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What Does Social Enterprise Have To Do with Church?

A practiced curiosity about “what God is up to” has pointed EDGE to the huge creative energy welling up in the social enterprise sector in Canada. All well and good, but what does this have to do with church? First let’s define what we mean by the term “social enterprise.” In this context, social enterprise refers to a movement of creating not-for-profit and for-profit businesses with a core vision to make a better world. This movement is engaged largely by post-Boomer generations. Typically, these enterprises focus on contributing to social good, healing the environment and making “enough” money to keep the venture going. This is called a “triple bottom line” approach. They sacrifice maximizing profit in the short term for the long term good of social and environmental impact. Examples would include ventures like Hero Work (think a “barn raising” style approach to renovating charitable infrastructure at a fraction of the cost, or an LGBT drop-in centre in Scarborough or a young entrepreneur who has found a way to turn the waste food into an alternative to plastic containers. In terms of providing abundant life or loving our neighbour (both mandates of Jesus) it’s not too difficult to make the connection here. The desire to improve the economic, justice, social-wellbeing, environment, educational, or political circumstances of people are expressions of neighbourly love and the move towards abundant life. So, what’s the issue? There seem to be two stumbling blocks to exploring this territory as a way to authentic new expressions of church. First we think of business and church as totally separate categories. Second, where does the “loving God” part come into play in an enterprise? Let’s address the first point. Truthfully, the gospel has never allowed us to totally separate our business (which is part of all our lives) from our faith. Christ engages our whole lives. When it comes to ministry, even Paul had a social enterprise of tent-making which helped fund his ministry, and if the church can love the neighbourhood through a social enterprise, then why not? I think we need to find the courage to let Christ into our business and also to use good business practice to support ministry. For example, using marketing best practices allow a ministry to have more people to know about the good work that is being done. As for the second point, how can we identify other marks of “church” in these enterprises? How do these enterprises help us or others love God, deepen our discipleship and spiritual practice, offer worship, or share the gospel with others outside the church? Let me offer three things for consideration:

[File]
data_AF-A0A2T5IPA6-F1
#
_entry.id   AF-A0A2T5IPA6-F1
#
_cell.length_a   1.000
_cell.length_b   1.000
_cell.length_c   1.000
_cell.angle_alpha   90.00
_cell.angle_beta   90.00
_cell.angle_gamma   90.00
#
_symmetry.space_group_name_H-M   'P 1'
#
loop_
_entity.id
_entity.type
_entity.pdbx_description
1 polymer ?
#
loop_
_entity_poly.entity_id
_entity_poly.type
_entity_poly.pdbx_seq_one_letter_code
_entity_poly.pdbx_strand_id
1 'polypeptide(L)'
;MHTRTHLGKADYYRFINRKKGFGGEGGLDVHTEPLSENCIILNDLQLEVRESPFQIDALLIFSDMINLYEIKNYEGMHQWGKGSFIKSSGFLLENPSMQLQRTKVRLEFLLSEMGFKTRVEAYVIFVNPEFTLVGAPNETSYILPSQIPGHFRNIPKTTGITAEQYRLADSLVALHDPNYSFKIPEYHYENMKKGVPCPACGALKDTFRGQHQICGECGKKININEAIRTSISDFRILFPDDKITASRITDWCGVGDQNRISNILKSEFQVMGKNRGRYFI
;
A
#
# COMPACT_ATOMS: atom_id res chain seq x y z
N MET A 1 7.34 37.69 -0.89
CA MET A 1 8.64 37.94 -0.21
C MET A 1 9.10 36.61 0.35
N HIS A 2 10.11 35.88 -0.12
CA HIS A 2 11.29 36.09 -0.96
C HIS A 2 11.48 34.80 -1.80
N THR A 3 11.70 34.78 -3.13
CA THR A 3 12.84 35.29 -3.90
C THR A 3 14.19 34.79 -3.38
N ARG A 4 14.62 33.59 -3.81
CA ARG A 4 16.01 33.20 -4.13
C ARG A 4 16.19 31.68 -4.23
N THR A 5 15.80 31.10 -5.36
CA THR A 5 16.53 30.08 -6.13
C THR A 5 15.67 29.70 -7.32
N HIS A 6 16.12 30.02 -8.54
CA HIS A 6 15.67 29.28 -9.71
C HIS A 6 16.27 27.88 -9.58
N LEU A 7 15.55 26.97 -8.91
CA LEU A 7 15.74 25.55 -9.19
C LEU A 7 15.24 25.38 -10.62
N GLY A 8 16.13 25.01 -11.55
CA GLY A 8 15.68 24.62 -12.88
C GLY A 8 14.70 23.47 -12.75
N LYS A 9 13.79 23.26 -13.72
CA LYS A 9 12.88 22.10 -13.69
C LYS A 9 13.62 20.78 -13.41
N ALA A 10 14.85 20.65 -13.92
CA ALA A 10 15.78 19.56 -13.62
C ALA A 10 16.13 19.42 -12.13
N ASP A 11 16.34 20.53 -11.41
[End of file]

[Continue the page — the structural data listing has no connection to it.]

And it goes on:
1. Our current ways of doing church are in crisis because they are not engaging post-Boomer generations. These generations are hungering for connection, meaning, authentic community, and even spiritual grounding.

  2. A study by the Harvard School of Religion tells us that millennials are actually increasing the numbers of “religion-like communities.”

  3. In the United Kingdom, "fresh expressions of church" has become the leading growth edge of the mainline church over the past two decades. These fresh expression do not begin with “build it and they will come” mindset. Rather, they begin with listening and relationship building in the community. From there, they move to engagement and service (this is where social enterprise comes in), they intentionally seek ways to share the gospel and finally, build a potentially new form of faith community.

So let me leave you with these thoughts:

None of this is to suggest that traditional forms of church and Sunday morning worship are no longer viable. Rowan Williams, a former Archbishop of Canterbury, speaks of a mixed economy of renewed traditional ministries and fresh expressions of church. We know that whole generations are yearning for connection, authentic community, meaningful work to change the world for the better, and spiritual grounding to guide their lives through chaotic change. And we know The United Church of Canada can help address this need. So for me the question isn’t so much, “What does social enterprise have to do with church?” It’s instead: “Are we curious about what God is up to? Are we ready to follow where Christ is leading? Are we willing to let go of old conceptions of what church looks like and how we build them (and maybe what business looks like)? Are we willing to risk engaging and partnering with new generations who are clearly being led to the work healing creation?” Can we stop trying so hard to keep broken things going and can we start to engage these questions? —Rob Dalgleish,

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